As expected, Apple spent today's event in Brooklyn, New York, focused on the Mac and the iPad. The long-languishing MacBook Air finally caught up with the rest of the company's laptop lineup while the even-more-outdated Mac mini received its first meaningful update in years. And the iPad Pro, already the best pure tablet on the market by most measures, was completely redesigned again, adding USB-C and taking plenty of design cues from Apple's recent iPhones. Oh, and it's incredibly powerful. Apple even shows off the iPad Pro running attached to 5K displays now.
While all these updates are meaningful, Apple is charging significantly more for them than it did for the products they replace. Get ready for some sticker shock. Whether these changes will be worth the cash is up to you: Read on to get details on the most meaningful changes Apple made today and how much the new hardware will set you back.
The MacBook Air finally has a Retina display -- but no USB ports
- Apple hadn't updated the MacBook Air in any meaningful way since 2015, but today Apple's most well-known laptop catches up with the times. Certainly the biggest improvement is the 2,560x1,600 Retina display, but the laptop is also smaller and lighter than before (goodbye, huge screen bezels!).
- As has become commonplace with the Mac, though, it's important to note what's not here. Apple dropped the USB-A ports and SD card reader, just like it did when it redesigned the MacBook Pro in 2016. In its place are two Thunderbolt 3/USB-C ports for power and connectivity. There's still a headphone jack though!
- The Air also features Apple's third-generation butterfly keyboard, which is supposed to be quieter and less prone to failure than earlier models. Gone are the familiar scissor keys found in the MacBook Air for years -- hope you are ready for seriously shallow travel.
- The new MacBook Air features Intel's latest, eighth-generation Core i5 processors, up to 1.5TB of storage and 16GB of RAM. The base model, which costs $1,199 (£1,199), has 128GB of storage and 8GB of RAM; pre-orders are open now, and it arrives on November 7th.
The iPad Pro has been radically redesigned and is incredibly expensive
- Not to be outdone, the iPad Pro has also received a radical makeover. As expected, Apple removed the home button, added Face ID (which works any way you're holding the device) and shrank the bezels on both its smaller and larger iPad Pros. The 10.5-inch iPad Pro has been upgraded to an 11-inch screen in a body that's the same size and weight while the 12.9-inch iPad Pro is now significantly smaller than the old model it replaces.
- Apple spent a lot of time touting the incredible power of the iPad Pro. The new eight-core, A12X Bionic chip is a seven-nanometer piece of silicon with speeds up to 35 percent faster than the previous iPad Pro's. That's just in single core though -- multicore speeds are up to 90 percent faster. The old iPad was no slouch, but this new model sounds like it positively screams. It also features a seven-core GPU that Apple says compares to the one in the Xbox One S.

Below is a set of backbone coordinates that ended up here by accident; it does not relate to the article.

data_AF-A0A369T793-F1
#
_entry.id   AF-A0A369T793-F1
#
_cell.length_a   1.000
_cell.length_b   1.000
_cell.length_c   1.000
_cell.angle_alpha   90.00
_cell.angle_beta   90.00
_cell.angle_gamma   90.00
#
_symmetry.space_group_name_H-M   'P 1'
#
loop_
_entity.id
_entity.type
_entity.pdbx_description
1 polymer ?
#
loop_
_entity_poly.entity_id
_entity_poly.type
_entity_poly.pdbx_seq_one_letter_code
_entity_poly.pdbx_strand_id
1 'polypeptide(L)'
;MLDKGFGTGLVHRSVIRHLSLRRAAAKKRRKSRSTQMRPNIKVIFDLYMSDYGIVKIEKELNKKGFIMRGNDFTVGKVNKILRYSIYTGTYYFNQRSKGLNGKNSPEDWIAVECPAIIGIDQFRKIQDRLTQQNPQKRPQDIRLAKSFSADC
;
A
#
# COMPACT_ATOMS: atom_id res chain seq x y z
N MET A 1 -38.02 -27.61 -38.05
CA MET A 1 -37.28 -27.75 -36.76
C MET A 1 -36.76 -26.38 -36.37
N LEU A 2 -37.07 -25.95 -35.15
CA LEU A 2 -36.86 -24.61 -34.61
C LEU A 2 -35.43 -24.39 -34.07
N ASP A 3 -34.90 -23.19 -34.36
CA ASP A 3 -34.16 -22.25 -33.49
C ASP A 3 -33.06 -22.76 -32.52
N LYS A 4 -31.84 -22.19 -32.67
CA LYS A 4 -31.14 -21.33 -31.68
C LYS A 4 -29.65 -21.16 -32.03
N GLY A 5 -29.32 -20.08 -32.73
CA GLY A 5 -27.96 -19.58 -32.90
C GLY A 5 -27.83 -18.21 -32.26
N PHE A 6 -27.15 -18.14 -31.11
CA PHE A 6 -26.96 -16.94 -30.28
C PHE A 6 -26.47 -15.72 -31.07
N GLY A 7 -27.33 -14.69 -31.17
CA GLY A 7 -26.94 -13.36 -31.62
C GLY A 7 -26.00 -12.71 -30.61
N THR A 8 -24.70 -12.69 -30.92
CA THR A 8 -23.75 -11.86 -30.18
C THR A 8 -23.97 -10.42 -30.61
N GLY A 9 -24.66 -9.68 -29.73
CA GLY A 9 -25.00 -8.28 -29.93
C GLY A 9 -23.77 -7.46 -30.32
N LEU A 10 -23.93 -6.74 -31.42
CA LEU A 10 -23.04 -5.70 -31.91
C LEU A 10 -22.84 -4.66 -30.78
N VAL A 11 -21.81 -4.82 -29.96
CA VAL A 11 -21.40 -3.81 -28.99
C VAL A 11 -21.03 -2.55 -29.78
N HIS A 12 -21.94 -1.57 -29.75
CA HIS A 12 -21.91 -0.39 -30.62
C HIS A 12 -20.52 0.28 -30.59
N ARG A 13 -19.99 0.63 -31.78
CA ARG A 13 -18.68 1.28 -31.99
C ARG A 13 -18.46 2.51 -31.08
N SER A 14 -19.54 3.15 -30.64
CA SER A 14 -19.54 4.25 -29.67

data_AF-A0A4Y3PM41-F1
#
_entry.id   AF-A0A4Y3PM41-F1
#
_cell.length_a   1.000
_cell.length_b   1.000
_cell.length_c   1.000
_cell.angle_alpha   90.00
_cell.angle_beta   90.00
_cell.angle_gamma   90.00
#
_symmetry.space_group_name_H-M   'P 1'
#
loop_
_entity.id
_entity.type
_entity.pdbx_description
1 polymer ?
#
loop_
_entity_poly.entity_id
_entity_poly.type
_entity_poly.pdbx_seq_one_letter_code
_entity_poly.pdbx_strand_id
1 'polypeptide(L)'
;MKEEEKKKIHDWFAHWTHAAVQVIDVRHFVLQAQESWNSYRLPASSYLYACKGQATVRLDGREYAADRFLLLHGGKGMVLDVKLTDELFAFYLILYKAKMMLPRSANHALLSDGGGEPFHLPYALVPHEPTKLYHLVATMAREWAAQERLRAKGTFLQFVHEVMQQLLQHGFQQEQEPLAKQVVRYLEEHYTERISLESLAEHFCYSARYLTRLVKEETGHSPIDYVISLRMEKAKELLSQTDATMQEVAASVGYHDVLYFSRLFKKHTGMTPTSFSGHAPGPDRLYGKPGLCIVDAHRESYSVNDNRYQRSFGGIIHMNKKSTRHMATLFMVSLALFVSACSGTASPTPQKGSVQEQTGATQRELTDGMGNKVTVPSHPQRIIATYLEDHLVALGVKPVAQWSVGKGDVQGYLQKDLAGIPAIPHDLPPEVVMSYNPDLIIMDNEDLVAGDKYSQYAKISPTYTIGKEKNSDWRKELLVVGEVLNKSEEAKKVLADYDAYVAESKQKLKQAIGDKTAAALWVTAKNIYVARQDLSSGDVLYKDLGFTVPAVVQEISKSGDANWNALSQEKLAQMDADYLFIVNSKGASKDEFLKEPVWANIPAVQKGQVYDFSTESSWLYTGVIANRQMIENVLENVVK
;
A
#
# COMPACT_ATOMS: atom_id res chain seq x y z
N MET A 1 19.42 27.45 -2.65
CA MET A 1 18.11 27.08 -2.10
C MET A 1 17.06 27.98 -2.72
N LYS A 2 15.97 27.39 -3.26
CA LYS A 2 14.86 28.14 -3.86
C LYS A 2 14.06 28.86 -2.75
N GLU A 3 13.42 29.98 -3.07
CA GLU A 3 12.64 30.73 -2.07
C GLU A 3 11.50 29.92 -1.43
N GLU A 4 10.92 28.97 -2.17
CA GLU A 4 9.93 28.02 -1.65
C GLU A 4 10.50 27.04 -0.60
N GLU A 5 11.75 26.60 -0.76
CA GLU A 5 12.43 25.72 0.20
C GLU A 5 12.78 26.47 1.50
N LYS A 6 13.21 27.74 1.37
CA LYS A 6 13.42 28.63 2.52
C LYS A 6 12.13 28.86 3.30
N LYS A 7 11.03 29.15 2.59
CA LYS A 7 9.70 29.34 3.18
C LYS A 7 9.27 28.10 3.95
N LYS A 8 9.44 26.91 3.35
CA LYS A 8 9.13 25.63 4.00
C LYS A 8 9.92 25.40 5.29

- Lightning is out, USB-C is in: The iPad Pro is the first iOS device to use USB-C for power and data. This opens up some pretty serious new capabilities for the device, including much easier connections to storage, cameras, musical instruments and more. It can even drive 5K displays. It also means that you can charge your iPhone from an iPad Pro -- something that could be handy in a pinch.
- Apple is also selling a new Pencil and new Smart Keyboard Folio to go along with the iPad Pro. Pencil attaches magnetically to the side of the device and can charge wirelessly, a huge improvement over the original Pencil design. Meanwhile, the keyboard folio now protects both sides of the iPad and features two viewing angles. That's nothing compared to the Surface Pro's kickstand flexibility, but hey, it's a start.
- These new iPads are wildly expensive. The 11-inch costs $799 with a paltry 64GB of storage while the 12.9-inch model costs $999 with that same 64GB of storage. Bumping up to a more reasonable 256GB model jacks the prices to $949 and $1,149, respectively. The new iPad Pro is up for pre-sale now and ships on November 7th.
- Oh yeah -- there's no headphone jack. Courage!
Remember the Mac mini? So does Apple!
- The Mac mini has been languishing for even longer than the MacBook Air, so anyone looking for a semi-affordable Mac desktop has to be pleased that Apple is giving it new life. Like the new MacBook Air, the Mini uses eighth-generation Intel quad- and six-core processors... and integrated graphics. Oh, well. It also can take up to 64GB of RAM and features SSD storage up to 2TB.
- The T2 security chip found in Apple's recent laptops comes to the mini as well. It encrypts your storage, checks to make sure the boot process hasn't been tampered with and helps transcode HEVC video.
- As befitting a desktop, there's a pretty decent selection of ports on the Mac mini. It includes Thunderbolt 3 (USB-C) for expansion, some classic USB-A ports for your old peripherals, HDMI and Ethernet.
- Just like everything else Apple introduced today, the new Mac mini is more expensive than the one it replaces. The base $799 model includes 8GB of RAM, 128GB of storage and a 3.6GHz quad-core i3 processor; $1,099 gets you the same 8GB of RAM, 256GB of storage and a 3.0GHz six-core i5 processor.
Follow all the latest news from Apple's fall 2018 event here!